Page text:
At just 5.1cm tall, the Bose SoundLink Mini II truly can be described as “palm-sized”.
It is a fairly heavy baby, however. There is no sign of flimsiness or fragility, and we’re fans of the clean design. Our review product is a smart two-tone grey – though we think the black alternative is equally slick and covers are available if you fancy something more jazzy.
External features are kept to a minimum; there are the usual buttons for power, pairing (you can link two devices at a time and switch between them) and volume.
There’s also an almost incognito pair of jacks on the side for USB charging (ten hours maximum claimed life) and auxiliary input.
Beneath the shell is what Bose describes as “an innovative driver configuration”. Not only does it provide much of the bulk, it gives a fuller, more bass-heavy sound than you might expect from a speaker this size.
Sounding bigger than you are is not an uncommon aim in this field, but the key is getting that low end balanced and taut. That is what we are yet to hear, especially at this price.
More after the break
That extra depth is immediately clear as we play Jose Gonzalez’s Heartbeats. Both nylon-string acoustic guitar and vocal are exceedingly rich, offering the warmth of a winter’s night by an open fire.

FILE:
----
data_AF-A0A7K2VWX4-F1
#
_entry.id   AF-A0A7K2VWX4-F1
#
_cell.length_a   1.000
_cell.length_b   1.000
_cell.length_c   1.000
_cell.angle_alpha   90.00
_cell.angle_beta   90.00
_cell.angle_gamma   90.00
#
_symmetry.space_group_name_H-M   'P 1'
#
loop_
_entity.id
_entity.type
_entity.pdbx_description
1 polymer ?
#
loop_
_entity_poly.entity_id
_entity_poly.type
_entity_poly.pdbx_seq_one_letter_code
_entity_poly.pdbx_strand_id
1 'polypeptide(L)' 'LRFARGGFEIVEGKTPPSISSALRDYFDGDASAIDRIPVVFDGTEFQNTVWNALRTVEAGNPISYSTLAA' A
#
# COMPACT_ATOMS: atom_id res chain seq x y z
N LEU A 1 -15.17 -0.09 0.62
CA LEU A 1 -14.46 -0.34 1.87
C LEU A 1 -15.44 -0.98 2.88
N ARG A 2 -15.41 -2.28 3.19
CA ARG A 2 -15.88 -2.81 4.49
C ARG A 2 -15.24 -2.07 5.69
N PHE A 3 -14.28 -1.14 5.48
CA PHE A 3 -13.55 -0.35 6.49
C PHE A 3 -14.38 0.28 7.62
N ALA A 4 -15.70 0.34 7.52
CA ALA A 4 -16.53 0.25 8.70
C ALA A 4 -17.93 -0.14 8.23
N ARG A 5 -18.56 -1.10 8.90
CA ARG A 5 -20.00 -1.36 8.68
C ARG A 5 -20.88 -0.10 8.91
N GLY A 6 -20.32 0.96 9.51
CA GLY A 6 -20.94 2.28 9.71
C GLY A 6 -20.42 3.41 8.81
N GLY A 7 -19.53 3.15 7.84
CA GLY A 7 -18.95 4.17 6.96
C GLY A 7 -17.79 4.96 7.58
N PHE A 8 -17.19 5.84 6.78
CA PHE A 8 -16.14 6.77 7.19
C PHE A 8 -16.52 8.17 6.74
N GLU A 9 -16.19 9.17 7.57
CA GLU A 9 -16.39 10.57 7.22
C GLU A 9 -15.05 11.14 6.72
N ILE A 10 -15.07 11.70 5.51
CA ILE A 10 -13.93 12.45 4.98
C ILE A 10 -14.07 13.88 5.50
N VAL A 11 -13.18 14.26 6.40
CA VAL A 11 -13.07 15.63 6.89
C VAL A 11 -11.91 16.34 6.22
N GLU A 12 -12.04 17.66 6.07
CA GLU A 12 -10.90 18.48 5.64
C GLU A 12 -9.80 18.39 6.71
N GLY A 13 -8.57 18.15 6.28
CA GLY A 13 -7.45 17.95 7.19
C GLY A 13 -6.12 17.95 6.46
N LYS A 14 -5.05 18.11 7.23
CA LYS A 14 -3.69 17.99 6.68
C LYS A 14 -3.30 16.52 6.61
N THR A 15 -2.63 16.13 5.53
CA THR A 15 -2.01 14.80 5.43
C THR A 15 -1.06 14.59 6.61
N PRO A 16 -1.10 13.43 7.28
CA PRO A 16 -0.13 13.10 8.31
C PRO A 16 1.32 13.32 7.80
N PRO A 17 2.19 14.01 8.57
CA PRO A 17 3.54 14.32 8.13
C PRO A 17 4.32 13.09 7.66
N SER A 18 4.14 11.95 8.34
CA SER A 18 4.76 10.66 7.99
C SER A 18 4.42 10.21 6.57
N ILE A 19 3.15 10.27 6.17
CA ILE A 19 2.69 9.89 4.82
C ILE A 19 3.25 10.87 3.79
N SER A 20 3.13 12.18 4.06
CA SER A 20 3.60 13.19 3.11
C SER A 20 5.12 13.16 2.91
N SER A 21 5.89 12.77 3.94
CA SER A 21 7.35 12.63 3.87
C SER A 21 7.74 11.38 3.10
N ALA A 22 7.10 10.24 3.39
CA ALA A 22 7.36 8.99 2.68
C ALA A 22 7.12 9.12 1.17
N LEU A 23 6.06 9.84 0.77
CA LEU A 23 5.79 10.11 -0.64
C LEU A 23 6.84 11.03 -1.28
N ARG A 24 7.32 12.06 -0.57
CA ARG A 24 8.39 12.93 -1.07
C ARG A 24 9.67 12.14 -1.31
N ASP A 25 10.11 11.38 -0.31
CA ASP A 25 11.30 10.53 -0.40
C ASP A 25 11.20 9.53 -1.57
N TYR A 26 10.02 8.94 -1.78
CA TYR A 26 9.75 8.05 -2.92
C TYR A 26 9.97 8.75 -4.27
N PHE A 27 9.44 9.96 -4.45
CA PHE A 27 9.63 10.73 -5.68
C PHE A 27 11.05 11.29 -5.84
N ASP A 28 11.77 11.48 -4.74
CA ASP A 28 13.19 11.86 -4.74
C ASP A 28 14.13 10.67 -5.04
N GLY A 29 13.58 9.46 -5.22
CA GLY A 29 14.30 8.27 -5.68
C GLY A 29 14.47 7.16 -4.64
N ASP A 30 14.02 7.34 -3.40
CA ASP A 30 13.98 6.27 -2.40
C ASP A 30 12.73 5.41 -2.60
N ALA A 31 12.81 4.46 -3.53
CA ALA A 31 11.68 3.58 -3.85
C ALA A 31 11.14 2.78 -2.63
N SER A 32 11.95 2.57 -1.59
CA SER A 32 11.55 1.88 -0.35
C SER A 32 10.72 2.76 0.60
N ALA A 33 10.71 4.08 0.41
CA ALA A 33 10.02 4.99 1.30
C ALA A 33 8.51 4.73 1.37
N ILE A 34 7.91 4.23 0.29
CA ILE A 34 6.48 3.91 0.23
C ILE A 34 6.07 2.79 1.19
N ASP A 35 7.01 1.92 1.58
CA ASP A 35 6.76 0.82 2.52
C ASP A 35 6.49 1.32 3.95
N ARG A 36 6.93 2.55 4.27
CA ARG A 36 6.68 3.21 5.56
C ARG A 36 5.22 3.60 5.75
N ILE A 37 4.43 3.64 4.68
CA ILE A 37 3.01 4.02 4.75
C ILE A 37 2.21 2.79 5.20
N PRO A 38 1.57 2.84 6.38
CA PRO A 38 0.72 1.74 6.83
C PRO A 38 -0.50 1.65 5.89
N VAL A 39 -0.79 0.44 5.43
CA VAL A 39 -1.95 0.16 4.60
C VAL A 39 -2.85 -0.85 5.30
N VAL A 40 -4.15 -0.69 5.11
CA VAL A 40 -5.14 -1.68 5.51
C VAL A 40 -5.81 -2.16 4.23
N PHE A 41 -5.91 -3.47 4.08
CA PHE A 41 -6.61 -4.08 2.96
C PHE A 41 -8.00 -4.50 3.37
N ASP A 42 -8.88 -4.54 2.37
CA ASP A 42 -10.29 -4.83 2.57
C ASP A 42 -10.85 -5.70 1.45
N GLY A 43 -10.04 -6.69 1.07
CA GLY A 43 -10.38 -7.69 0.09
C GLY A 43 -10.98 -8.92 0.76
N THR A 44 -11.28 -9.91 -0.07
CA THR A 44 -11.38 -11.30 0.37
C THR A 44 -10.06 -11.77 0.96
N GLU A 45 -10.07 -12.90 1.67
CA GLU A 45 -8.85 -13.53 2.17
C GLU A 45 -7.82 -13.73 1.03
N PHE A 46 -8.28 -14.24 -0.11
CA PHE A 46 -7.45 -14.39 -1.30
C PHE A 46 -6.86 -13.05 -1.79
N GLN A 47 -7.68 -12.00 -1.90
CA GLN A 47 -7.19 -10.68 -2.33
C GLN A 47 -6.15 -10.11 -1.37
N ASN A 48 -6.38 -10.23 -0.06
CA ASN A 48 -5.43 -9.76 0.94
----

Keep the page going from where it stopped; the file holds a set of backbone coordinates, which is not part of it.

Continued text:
There’s an impressive amount of space too, letting each part breathe and offering an extra dimension to the doubled vocal. The dynamics are subtle but pleasantly expressive.
Testing the agility of that bass with more weighty tracks such as Future Islands’ A Dream Of You And Me, we’re left in two minds. There’s a very bass-heavy balance that removes that element of space and a great amount of the detail present in emptier tracks.
But it isn’t altogether boomy or distorted – it does as good a job as anything we’ve heard at this price and stature.
Of course it struggles a little more with songs that are busier or more coarse in the low end, but, even when we play Queens Of The Stone Age’s A Song For The Dead it doesn’t become a difficult listen.
What the SoundLink Mini II does well – adding greater stability and richness to the mid and treble frequencies in acoustic tracks – is immediately undermined by the fact it loses all that as soon as you add a bass guitar or similar.
We’d prefer to sacrifice some of that warmth and bass weight for better detail and expression across the board.
Still, if there is a market for tiny speakers with more than their fair share of low end, Bose have made one that stands up to its rivals, many of whom lose all sense of composure with tracks such as some of our test tracks.
If you’re in that camp, you’ll probably be taking a Mini II home.
If not, we’d suggest you compromise on price, size or frequency range, but not overall sonic capability and take a look at the Bose’s closest rivals, such as the Ausio Pro Adddon T3 or the JBL Xtreme.